# Lego Structure Math

I love coming up with different ways to use the toys we already have in our house. We all know how to use Legos the “right” way, but have you ever tried using them to practice math skills?  Well, here is one way to do just that!

Choose 6 sizes/colors of Legos (see example). You can  always use more or less depending on the age of your child.  Assign a value to each type of brick. Use smaller numbers for younger children and higher numbers for older children.

Give your child a pile of these bricks only. The quantity of each color is up to you. I suggest fewer choices for younger children and more choices for older children.

Have your child create a structure using the chosen bricks. He can use as many or as few of these bricks as he likes. Set aside any unused bricks to avoid confusion.

Then using a piece of paper (or other method that works for your child), have your child create a math sentence using the values you assigned earlier and then add the numbers together.

Other Examples:

Extensions:

There are so many ways to extend this activity. Here are a few suggestions.

• Try making a structure with a smaller value than the first one made.
• Try making a structure with a larger value than the first one made.
• Assign a value and have your child build a structure that adds up to that value. For example, challenge your child to build a structure whose value is 25 and see what they come up with.

Lego Structure Math with Money

Assign each brick a price and give your child some “Lego Bucks.” Have him use his money to purchase the bricks he wants to use in his structure. You can give a monetary limit to spend or simply have him build and then figure out the value of the structure at the end.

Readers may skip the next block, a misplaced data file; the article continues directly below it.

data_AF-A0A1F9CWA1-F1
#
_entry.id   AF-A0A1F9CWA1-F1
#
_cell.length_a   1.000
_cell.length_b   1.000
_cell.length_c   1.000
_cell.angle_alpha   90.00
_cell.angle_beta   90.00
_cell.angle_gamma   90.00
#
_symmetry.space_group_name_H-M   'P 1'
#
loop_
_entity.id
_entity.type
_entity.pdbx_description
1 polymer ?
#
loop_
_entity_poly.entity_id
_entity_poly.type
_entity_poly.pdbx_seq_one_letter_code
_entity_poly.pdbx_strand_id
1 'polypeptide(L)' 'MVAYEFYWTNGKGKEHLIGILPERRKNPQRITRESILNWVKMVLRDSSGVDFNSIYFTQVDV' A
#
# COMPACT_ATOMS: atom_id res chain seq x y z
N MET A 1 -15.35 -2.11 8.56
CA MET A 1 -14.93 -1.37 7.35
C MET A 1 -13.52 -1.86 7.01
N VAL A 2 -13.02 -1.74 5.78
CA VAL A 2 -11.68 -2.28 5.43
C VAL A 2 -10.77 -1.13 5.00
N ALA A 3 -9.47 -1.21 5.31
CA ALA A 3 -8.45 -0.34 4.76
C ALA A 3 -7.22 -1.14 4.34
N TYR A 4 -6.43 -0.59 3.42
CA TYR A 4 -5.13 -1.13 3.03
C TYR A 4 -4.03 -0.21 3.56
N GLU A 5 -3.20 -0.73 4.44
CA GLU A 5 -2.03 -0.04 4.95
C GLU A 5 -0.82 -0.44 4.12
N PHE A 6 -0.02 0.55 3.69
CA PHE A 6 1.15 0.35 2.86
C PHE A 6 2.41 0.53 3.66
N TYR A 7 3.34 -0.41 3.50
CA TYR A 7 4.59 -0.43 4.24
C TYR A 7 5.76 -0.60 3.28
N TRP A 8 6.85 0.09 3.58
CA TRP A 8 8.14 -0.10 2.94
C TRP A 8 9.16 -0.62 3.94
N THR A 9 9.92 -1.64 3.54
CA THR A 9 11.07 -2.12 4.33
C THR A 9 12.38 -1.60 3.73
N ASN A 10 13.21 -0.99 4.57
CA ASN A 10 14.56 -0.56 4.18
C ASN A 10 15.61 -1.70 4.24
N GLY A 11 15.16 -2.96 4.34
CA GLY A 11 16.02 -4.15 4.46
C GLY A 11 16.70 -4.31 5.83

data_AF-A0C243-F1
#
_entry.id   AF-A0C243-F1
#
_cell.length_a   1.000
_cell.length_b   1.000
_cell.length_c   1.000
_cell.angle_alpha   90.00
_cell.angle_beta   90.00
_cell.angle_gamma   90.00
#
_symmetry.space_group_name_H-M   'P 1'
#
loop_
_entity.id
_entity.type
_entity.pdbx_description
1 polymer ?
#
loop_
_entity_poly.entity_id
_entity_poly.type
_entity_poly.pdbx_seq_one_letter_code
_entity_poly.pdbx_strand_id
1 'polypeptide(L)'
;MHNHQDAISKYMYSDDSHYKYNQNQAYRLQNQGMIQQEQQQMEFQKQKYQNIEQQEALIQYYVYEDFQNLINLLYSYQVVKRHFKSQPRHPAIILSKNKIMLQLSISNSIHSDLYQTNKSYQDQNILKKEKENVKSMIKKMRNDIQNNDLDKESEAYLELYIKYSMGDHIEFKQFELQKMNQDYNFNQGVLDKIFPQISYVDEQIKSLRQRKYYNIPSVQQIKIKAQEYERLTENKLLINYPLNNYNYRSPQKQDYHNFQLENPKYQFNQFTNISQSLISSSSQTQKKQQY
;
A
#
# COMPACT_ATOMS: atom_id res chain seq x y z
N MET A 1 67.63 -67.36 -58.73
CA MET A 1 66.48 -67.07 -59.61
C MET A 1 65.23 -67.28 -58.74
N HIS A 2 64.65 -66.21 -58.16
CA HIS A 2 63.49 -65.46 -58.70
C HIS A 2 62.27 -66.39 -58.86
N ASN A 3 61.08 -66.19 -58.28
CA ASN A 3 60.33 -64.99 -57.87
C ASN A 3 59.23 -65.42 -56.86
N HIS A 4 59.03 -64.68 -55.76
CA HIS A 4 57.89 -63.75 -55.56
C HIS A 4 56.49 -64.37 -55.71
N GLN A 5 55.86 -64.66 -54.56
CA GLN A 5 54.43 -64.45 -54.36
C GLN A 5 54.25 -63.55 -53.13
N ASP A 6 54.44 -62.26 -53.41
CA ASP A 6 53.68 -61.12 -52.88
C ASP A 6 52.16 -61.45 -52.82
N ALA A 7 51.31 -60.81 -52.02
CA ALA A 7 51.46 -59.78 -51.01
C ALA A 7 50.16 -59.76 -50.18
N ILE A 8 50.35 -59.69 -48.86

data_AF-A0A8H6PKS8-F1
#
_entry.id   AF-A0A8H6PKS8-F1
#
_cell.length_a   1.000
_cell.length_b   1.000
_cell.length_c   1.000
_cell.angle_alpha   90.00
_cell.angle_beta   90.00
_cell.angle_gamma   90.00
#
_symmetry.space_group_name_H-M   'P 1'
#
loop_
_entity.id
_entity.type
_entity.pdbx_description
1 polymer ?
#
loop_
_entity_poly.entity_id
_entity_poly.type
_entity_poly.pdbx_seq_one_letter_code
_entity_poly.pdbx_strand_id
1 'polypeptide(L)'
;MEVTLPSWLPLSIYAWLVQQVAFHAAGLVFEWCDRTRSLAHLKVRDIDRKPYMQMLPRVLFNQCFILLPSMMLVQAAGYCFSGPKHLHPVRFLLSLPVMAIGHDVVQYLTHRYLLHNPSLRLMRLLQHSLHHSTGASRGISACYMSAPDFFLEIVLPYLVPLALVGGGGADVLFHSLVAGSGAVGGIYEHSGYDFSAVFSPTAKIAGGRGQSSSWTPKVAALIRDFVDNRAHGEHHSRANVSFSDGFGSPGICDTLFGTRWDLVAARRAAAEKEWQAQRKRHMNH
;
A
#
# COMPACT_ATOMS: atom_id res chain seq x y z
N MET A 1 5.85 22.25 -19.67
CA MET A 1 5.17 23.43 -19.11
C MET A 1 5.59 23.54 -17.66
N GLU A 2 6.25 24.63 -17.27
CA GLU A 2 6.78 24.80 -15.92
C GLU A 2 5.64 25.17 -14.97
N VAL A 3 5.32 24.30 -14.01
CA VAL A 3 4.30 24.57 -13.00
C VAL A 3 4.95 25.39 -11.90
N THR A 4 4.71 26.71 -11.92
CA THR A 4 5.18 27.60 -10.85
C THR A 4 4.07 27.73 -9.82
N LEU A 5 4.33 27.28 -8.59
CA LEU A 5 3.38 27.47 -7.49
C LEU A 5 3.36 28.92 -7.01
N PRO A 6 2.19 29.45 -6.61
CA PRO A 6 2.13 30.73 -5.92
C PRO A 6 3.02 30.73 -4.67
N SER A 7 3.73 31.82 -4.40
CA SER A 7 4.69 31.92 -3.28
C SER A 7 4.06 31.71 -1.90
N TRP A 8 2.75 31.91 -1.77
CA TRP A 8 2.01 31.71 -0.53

Extensions:

• This activity can be as simple as you want or to make it more challenging, try  incorporating the skill of making change. For example, tell your child to make a \$7 structure and give him a \$10 Lego Buck to pay for the bricks.

Interested in other ways to use Legos to teach math concepts?  Here are a few ideas:

• Use the bricks to practice making and extending patterns.
• Use the bricks to practice sorting by attributes such as color, size and shape.

• Use the bricks to practice counting skills.
• Use the bricks to practice skip counting.  For example, if you have a 2 by 6 brick, try counting the number of dots on the brick by 2s. Or, a 4 by 5 brick can be used to count by 5s.  Want a challenge? Use the same bricks to count by 4s or 6s!! Here is an example with a 10 by 2 brick.

• Use the blocks to practice multiplication. If you have a brick that is 2 by 6 and want to know the total number of dots on the brick, multiply 4×6 to get your answer!

HAVE FUN!!!

## Brick Structure Math

* * * * * * * * *

If this is your first time visiting Boy Mama Teacher Mama, welcome!  Did you know that you can also find us on Facebook, Pinterest, Twitter and G+? Stop by to see what is happening!

© Boy Mama Teacher Mama 2013

## 15 thoughts on “Teacher Mama: Lego Structure Math”

1. Pingback: How to Homeschool With Legos

2. Haha, you did Lego maths this week and I did Duplo maths, lol. You can tell the ages of our children 🙂 This is great. So comprehensive as usual! Pinning to my maths boards because I’ll want to use these ideas in the future for sure 😀

• I saw that too and wanted to comment, but was on my phone and it is all funky. i love yours too. going to use it with my 3 year old.

3. How clever! Pinning and sharing. xoxo P

4. Geeze Steph, how do you come up with such fabulous ideas! This is brilliant – something I wouldn’t have even considered doing with lego! Now, I wish I HAD lego! It’s on the list ffor when the Twinkles get a little older. I better bookmark this one!

• Penny, My mind works in strange ways. Sometimes it is great, but sometimes it is a little much. 🙂 Glad you like it. Stephanie

5. You even make math fun!!! What a clever mama…i love the thought behind this!

• Thanks Jode!!! I actually had a lot of fun coming up with this one. I was playing with my son’s Legos while he was at school! 🙂

6. What a fun way to explore number sentences.